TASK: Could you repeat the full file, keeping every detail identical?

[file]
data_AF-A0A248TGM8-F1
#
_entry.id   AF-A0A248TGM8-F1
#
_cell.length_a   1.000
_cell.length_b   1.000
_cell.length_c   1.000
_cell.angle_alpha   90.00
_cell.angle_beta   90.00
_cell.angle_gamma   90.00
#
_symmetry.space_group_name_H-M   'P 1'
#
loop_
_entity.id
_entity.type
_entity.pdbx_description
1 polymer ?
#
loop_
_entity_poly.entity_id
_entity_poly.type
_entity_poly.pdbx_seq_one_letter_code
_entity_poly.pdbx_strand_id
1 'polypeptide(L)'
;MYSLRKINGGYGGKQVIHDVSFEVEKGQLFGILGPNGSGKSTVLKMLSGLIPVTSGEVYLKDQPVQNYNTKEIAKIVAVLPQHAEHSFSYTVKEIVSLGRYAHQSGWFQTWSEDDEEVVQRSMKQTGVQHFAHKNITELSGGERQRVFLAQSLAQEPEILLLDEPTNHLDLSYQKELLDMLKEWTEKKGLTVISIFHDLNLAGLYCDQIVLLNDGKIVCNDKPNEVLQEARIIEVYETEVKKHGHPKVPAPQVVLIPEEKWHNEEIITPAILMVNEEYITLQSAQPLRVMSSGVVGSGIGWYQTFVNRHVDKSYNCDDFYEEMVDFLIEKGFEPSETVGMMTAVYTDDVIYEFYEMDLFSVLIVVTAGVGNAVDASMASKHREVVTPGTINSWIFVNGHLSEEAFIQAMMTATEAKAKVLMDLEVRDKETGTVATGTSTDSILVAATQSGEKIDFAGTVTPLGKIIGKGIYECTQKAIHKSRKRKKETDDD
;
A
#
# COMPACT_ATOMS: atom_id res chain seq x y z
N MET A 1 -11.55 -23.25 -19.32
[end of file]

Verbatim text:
data_AF-A0A248TGM8-F1
#
_entry.id   AF-A0A248TGM8-F1
#
_cell.length_a   1.000
_cell.length_b   1.000
_cell.length_c   1.000
_cell.angle_alpha   90.00
_cell.angle_beta   90.00
_cell.angle_gamma   90.00
#
_symmetry.space_group_name_H-M   'P 1'
#
loop_
_entity.id
_entity.type
_entity.pdbx_description
1 polymer ?
#
loop_
_entity_poly.entity_id
_entity_poly.type
_entity_poly.pdbx_seq_one_letter_code
_entity_poly.pdbx_strand_id
1 'polypeptide(L)'
;MYSLRKINGGYGGKQVIHDVSFEVEKGQLFGILGPNGSGKSTVLKMLSGLIPVTSGEVYLKDQPVQNYNTKEIAKIVAVLPQHAEHSFSYTVKEIVSLGRYAHQSGWFQTWSEDDEEVVQRSMKQTGVQHFAHKNITELSGGERQRVFLAQSLAQEPEILLLDEPTNHLDLSYQKELLDMLKEWTEKKGLTVISIFHDLNLAGLYCDQIVLLNDGKIVCNDKPNEVLQEARIIEVYETEVKKHGHPKVPAPQVVLIPEEKWHNEEIITPAILMVNEEYITLQSAQPLRVMSSGVVGSGIGWYQTFVNRHVDKSYNCDDFYEEMVDFLIEKGFEPSETVGMMTAVYTDDVIYEFYEMDLFSVLIVVTAGVGNAVDASMASKHREVVTPGTINSWIFVNGHLSEEAFIQAMMTATEAKAKVLMDLEVRDKETGTVATGTSTDSILVAATQSGEKIDFAGTVTPLGKIIGKGIYECTQKAIHKSRKRKKETDDD
;
A
#
# COMPACT_ATOMS: atom_id res chain seq x y z
N MET A 1 -11.55 -23.25 -19.32